Difference between Primary key vs Candidate Key in table - SQL database

Primary key vs Candidate Key
What is the difference between primary key and candidate key is another popular SQL and database interview questions which appear in various programming interviews now and then? The concept of primary key and candidate key is not just important from the interview point of view but also on designing databases and normalization. By the way, this is my second post about primary keys, In the last one, we have seen a comparison of primary key vs unique key, which also happens to be one of the frequently asked database questions. By definition primary key is a column or collection of columns, which uniquely defines a row in a table. Candidate keys are keys that can be a primary key and also able to uniquely identify any row in the table.

In simple terms, you may have a couple of Candidate keys and you have chosen one of them as a primary key.

This selection part is the most important skill in database design. Since only the primary key can have a clustered index in a table while unique keys can have a Nonclustered index, it's important to choose the right column or collection of columns as a primary key.

Often I select a column which is most frequently used in Where clause of SELECT query.

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Difference between Candidate Key vs Primary Key

candidate key vs primary key in table sql database Before seeing the difference between a Candidate key and Primary key let's see some similarities between them in bullets points.


 1) Both Primary and Candidate keys can uniquely identify records in a table on the database.

 2) Both Primary and Candidate keys have constraints UNIQUE and NOT NULL.

 3) Primary key or Candidate keys can be either single column or combination of multiple columns in a table.

If you preparing for SQL interview or looking for some good SQL interview question then you can also check the difference between Correlated and Noncorrelated subqueries and  When to use truncate vs delete in SQL.


Now from interview point of view here is the difference between a Candidate key and primary key in SQL table on point format for easy to remember :

1) There can be multiple Candidate keys in a table in relation to database e.g. Oracle, MySQL, Sybase, or MSSQL but only one primary key is permitted.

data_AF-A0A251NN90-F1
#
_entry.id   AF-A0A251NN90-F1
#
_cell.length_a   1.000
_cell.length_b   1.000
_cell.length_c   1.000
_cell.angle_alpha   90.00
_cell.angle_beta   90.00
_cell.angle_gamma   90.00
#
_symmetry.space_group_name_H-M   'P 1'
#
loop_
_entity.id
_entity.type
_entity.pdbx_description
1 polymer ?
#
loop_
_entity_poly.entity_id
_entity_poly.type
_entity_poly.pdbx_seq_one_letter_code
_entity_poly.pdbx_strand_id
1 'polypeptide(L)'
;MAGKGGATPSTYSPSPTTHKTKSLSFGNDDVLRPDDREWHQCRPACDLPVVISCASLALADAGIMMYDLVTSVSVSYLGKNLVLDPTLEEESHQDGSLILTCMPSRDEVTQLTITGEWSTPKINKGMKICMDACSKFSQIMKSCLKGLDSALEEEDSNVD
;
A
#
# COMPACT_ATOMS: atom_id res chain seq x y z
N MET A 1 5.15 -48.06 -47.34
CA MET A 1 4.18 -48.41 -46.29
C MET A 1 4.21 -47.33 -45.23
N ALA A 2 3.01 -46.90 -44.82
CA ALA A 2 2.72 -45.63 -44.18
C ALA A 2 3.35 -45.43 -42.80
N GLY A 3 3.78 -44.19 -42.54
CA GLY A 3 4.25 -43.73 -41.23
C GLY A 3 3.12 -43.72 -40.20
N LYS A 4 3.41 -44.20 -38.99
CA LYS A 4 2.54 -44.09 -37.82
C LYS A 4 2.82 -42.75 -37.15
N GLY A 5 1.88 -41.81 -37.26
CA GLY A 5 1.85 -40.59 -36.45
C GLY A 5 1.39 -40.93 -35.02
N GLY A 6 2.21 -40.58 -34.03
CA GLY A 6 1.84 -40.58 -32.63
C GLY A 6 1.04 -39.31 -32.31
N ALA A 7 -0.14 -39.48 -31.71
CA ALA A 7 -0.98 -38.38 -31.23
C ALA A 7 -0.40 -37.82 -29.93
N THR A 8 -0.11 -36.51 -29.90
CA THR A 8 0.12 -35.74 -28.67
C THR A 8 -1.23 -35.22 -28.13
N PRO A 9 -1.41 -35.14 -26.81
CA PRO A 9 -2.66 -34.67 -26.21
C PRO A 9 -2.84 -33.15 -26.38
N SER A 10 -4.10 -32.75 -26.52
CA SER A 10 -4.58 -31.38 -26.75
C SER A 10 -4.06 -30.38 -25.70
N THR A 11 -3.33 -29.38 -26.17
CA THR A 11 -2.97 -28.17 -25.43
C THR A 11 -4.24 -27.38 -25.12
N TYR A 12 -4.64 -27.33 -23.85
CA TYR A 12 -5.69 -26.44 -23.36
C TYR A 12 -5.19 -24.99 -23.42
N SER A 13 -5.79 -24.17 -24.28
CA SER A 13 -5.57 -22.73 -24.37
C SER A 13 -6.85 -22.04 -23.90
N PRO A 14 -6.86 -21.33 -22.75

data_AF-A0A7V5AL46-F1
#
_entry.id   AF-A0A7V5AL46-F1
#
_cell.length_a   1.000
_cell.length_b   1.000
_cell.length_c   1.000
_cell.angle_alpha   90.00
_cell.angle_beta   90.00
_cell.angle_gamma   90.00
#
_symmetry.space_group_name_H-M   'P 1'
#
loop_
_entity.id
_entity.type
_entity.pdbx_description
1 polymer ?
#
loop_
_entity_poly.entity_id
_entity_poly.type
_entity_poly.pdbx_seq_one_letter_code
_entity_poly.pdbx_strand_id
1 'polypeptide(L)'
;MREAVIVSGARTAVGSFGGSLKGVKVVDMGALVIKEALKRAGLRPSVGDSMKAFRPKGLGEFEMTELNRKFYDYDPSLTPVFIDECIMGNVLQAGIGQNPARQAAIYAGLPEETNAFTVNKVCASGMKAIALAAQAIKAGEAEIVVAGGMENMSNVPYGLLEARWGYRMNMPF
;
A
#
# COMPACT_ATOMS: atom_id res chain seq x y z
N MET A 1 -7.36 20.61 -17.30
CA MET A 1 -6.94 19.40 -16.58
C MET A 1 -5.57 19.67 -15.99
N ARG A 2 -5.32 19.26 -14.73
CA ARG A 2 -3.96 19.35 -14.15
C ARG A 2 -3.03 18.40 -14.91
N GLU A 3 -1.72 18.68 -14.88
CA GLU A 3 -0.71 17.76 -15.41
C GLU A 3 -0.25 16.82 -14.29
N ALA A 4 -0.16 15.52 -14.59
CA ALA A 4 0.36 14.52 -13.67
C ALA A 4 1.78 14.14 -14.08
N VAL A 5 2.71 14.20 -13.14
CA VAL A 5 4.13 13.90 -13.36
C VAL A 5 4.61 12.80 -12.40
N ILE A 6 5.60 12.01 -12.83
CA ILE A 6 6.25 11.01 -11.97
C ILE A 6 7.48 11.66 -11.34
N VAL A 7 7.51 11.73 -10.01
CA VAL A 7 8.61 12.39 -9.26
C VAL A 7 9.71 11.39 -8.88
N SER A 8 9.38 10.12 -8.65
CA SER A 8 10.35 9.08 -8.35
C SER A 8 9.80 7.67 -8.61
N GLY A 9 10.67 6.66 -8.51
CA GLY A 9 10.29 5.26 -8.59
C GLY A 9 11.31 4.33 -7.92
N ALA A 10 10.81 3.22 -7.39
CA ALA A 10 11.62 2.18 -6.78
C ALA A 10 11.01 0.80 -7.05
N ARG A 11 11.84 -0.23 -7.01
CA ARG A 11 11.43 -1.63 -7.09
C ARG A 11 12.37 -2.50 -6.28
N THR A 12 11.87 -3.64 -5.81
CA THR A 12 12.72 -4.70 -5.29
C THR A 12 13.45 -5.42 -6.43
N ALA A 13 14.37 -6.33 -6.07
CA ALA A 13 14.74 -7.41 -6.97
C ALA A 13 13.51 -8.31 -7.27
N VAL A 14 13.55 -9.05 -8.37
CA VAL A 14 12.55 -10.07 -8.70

2) An example of Primary key and Candidate key can be ID and SSN number in an Employee table, Since both can identify each employee uniquely they are candidate key and anyone can become the primary key.

Now if you have to choose between them as primary key, I will go ID as a primary key because SSN is sensitive information and may not be allowed/not safe to use as String in queries as frequently as ID.

The second reason of choosing ID over SSN as a primary key can be the use of ID as a primary tracking ID within the organization and its frequent use all over the place.

Once you choose a primary key, All candidate keys are like unique keys.

Here is a nice table which explains a couple of candidate keys (columns which are eligible to become primary keys) and how other keys become alternate keys once a primary key is chosen:



In this table Roll_No, Name, and Branch are candidate keys because they have unique values but in reality, Name can be duplicate and Branch can also become duplicate, but Roll_No will be unique, hence it is chosen as a primary key. 

That's all on the difference between the Primary key and Candidate key in a table. If you understand election well than you can think the primary key as an elected member among all candidate keys. Make sure you chose the right primary key, which is the first but very important step in database design. If you want to learn more about database design, I suggest you go through the Relational Database Design course on Pluralsight, its a free course if you sign up for a 10-day free trial.




P.S. - If you are looking for an online training/course to learn SQL from scratch, I suggest you joining Introduction to SQL by Jon Flanders. It's one of the best sources to learn SQL fundamentals like join, subquery, aggregate functions, window functions, grouping data, advanced filtering, and SQL query optimization.

3 comments:

  1. How about these questions on primary key ?

    What is difference between primary key and surrogate keys ?
    difference between primary key and super key ?
    primary key vs foreign key
    and composite primary key???

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  2. "Since only primary key can have clustered index in table while unique keys can have Nonclustered index, ..."

    I think you are mixing up the concept of key with clustered/nonclustered index. As you said, key is used to "uniquely define a row in a table" (identify instead of define?), there is no requirement that the key has to be clustered, or other non-key index cannot be clustered.

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  3. The June 25 anon is partly right. In Oracle, only the primary key can be a clustered index (this will then be an Index-Organized Table, rather than the default Heap Table). In SQL Server, the clustered index can be whatever you want.

    No idea in other RDBMS's.

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